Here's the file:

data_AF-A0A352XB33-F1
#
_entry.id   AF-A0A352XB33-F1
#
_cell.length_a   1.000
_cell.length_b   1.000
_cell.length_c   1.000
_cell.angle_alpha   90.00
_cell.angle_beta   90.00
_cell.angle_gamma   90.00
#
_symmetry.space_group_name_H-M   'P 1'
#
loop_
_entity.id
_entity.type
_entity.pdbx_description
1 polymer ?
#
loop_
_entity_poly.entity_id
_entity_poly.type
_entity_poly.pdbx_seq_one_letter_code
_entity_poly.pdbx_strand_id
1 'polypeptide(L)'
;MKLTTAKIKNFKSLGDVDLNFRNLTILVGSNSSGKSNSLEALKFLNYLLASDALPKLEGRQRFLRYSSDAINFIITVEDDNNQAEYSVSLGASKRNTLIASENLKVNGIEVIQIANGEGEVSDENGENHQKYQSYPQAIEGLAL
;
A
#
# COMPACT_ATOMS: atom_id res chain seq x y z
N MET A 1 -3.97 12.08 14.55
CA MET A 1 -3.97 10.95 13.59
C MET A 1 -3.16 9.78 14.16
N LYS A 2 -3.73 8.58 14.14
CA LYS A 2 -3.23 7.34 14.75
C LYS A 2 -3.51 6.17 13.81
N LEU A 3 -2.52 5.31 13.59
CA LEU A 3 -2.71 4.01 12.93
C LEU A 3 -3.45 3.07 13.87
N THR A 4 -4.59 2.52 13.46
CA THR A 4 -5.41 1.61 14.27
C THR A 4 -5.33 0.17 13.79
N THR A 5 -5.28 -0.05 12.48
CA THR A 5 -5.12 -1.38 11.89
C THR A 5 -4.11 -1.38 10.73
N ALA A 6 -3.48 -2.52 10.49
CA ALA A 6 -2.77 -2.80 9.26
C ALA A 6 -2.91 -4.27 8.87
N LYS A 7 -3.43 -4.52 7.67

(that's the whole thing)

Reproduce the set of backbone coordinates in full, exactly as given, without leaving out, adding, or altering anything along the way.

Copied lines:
data_AF-A0A352XB33-F1
#
_entry.id   AF-A0A352XB33-F1
#
_cell.length_a   1.000
_cell.length_b   1.000
_cell.length_c   1.000
_cell.angle_alpha   90.00
_cell.angle_beta   90.00
_cell.angle_gamma   90.00
#
_symmetry.space_group_name_H-M   'P 1'
#
loop_
_entity.id
_entity.type
_entity.pdbx_description
1 polymer ?
#
loop_
_entity_poly.entity_id
_entity_poly.type
_entity_poly.pdbx_seq_one_letter_code
_entity_poly.pdbx_strand_id
1 'polypeptide(L)'
;MKLTTAKIKNFKSLGDVDLNFRNLTILVGSNSSGKSNSLEALKFLNYLLASDALPKLEGRQRFLRYSSDAINFIITVEDDNNQAEYSVSLGASKRNTLIASENLKVNGIEVIQIANGEGEVSDENGENHQKYQSYPQAIEGLAL
;
A
#
# COMPACT_ATOMS: atom_id res chain seq x y z
N MET A 1 -3.97 12.08 14.55
CA MET A 1 -3.97 10.95 13.59
C MET A 1 -3.16 9.78 14.16
N LYS A 2 -3.73 8.58 14.14
CA LYS A 2 -3.23 7.34 14.75
C LYS A 2 -3.51 6.17 13.81
N LEU A 3 -2.52 5.31 13.59
CA LEU A 3 -2.71 4.01 12.93
C LEU A 3 -3.45 3.07 13.87
N THR A 4 -4.59 2.52 13.46
CA THR A 4 -5.41 1.61 14.27
C THR A 4 -5.33 0.17 13.79
N THR A 5 -5.28 -0.05 12.48
CA THR A 5 -5.12 -1.38 11.89
C THR A 5 -4.11 -1.38 10.73
N ALA A 6 -3.48 -2.52 10.49
CA ALA A 6 -2.77 -2.80 9.26
C ALA A 6 -2.91 -4.27 8.87
N LYS A 7 -3.43 -4.52 7.67